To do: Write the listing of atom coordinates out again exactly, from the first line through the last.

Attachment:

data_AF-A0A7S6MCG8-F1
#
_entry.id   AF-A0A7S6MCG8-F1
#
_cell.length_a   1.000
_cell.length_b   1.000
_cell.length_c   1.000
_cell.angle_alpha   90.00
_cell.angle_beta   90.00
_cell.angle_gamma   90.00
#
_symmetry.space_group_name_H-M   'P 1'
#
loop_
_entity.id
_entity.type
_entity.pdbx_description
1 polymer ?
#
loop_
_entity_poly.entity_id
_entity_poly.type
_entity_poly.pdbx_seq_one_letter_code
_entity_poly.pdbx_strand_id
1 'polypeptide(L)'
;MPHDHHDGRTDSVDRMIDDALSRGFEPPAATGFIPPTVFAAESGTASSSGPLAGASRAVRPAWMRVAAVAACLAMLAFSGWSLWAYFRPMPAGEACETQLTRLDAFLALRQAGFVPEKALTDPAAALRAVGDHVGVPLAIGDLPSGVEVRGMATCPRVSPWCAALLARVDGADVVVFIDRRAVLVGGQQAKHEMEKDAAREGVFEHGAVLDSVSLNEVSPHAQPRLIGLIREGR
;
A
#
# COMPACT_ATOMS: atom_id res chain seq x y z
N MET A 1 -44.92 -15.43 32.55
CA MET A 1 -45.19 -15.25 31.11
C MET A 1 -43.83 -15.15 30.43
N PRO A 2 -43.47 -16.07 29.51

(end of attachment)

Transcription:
data_AF-A0A7S6MCG8-F1
#
_entry.id   AF-A0A7S6MCG8-F1
#
_cell.length_a   1.000
_cell.length_b   1.000
_cell.length_c   1.000
_cell.angle_alpha   90.00
_cell.angle_beta   90.00
_cell.angle_gamma   90.00
#
_symmetry.space_group_name_H-M   'P 1'
#
loop_
_entity.id
_entity.type
_entity.pdbx_description
1 polymer ?
#
loop_
_entity_poly.entity_id
_entity_poly.type
_entity_poly.pdbx_seq_one_letter_code
_entity_poly.pdbx_strand_id
1 'polypeptide(L)'
;MPHDHHDGRTDSVDRMIDDALSRGFEPPAATGFIPPTVFAAESGTASSSGPLAGASRAVRPAWMRVAAVAACLAMLAFSGWSLWAYFRPMPAGEACETQLTRLDAFLALRQAGFVPEKALTDPAAALRAVGDHVGVPLAIGDLPSGVEVRGMATCPRVSPWCAALLARVDGADVVVFIDRRAVLVGGQQAKHEMEKDAAREGVFEHGAVLDSVSLNEVSPHAQPRLIGLIREGR
;
A
#
# COMPACT_ATOMS: atom_id res chain seq x y z
N MET A 1 -44.92 -15.43 32.55
CA MET A 1 -45.19 -15.25 31.11
C MET A 1 -43.83 -15.15 30.43
N PRO A 2 -43.47 -16.07 29.51